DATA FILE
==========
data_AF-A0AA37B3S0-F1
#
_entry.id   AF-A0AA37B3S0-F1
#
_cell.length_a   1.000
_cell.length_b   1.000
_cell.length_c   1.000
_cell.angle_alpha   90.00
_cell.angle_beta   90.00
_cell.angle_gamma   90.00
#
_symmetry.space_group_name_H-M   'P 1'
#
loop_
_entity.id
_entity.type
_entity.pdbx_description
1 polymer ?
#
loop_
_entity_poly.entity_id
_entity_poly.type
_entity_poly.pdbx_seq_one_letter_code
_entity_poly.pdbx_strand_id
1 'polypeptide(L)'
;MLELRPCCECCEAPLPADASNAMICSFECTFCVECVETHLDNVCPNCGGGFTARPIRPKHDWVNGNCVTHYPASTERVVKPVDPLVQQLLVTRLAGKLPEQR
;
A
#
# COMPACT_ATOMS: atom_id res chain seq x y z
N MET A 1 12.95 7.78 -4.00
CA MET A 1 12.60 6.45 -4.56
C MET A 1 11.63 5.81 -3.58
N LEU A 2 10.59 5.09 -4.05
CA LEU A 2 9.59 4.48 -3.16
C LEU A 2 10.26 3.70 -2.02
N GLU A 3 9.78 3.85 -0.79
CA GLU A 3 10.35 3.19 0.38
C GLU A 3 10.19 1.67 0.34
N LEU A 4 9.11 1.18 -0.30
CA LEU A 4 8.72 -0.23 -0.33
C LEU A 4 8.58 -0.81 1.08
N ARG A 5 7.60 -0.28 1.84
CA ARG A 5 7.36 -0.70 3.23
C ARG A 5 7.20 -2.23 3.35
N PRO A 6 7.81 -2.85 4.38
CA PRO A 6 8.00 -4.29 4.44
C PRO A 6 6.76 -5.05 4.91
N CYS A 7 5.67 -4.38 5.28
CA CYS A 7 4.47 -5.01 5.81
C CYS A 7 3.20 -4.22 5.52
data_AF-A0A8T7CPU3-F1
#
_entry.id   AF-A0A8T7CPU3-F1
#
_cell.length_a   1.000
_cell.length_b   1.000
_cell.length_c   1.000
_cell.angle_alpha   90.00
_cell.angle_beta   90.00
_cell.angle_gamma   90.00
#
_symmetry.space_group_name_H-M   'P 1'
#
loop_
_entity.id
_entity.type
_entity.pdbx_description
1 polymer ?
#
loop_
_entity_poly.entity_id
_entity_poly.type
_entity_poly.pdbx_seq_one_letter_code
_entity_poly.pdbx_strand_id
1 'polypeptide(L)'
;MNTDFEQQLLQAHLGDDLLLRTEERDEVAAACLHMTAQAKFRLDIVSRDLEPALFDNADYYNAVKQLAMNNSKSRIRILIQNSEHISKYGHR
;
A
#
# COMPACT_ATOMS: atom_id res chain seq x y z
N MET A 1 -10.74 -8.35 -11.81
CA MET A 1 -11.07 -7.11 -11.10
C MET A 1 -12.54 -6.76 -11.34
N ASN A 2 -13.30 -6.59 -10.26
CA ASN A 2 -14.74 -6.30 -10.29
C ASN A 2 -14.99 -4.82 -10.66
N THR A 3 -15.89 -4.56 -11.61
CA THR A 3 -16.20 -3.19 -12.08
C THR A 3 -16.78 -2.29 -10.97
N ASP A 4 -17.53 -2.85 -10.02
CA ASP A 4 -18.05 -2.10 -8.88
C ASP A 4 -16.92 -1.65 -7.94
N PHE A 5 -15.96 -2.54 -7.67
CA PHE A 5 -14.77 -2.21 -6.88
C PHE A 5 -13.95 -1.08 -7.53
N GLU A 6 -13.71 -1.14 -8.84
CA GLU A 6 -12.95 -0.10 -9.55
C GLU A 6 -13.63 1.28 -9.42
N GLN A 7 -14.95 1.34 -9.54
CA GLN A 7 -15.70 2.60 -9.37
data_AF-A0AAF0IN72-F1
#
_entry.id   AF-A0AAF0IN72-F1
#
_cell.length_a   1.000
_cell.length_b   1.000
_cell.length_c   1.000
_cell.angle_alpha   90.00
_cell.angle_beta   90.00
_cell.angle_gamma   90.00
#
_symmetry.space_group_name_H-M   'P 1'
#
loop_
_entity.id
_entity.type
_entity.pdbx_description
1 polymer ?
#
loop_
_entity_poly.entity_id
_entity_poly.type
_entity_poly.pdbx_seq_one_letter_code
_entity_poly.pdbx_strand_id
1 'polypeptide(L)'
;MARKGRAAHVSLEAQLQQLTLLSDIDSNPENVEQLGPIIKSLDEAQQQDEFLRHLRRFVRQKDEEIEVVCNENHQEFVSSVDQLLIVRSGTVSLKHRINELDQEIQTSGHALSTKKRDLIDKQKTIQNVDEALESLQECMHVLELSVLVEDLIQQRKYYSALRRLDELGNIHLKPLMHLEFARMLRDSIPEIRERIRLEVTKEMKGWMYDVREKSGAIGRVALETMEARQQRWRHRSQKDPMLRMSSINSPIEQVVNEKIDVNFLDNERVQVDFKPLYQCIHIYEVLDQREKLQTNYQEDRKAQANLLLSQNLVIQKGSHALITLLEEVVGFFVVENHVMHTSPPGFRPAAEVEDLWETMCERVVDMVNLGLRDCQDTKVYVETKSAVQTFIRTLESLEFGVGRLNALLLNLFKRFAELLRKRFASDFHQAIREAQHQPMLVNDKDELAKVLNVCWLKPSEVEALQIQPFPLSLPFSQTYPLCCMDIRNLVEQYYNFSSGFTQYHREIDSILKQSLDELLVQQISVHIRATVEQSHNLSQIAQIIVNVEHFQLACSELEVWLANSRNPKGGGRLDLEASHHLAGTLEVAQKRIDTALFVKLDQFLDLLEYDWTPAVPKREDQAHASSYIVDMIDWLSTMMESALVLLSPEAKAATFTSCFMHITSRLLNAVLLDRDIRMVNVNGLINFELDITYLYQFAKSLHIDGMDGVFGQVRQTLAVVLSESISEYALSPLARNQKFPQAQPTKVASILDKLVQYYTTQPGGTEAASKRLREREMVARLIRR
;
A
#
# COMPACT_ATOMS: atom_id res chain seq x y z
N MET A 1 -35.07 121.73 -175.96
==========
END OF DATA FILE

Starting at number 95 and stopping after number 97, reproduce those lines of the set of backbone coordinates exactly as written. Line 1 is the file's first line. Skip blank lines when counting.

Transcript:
CA PHE A 5 -14.77 -2.21 -6.88
C PHE A 5 -13.95 -1.08 -7.53
N GLU A 6 -13.71 -1.14 -8.84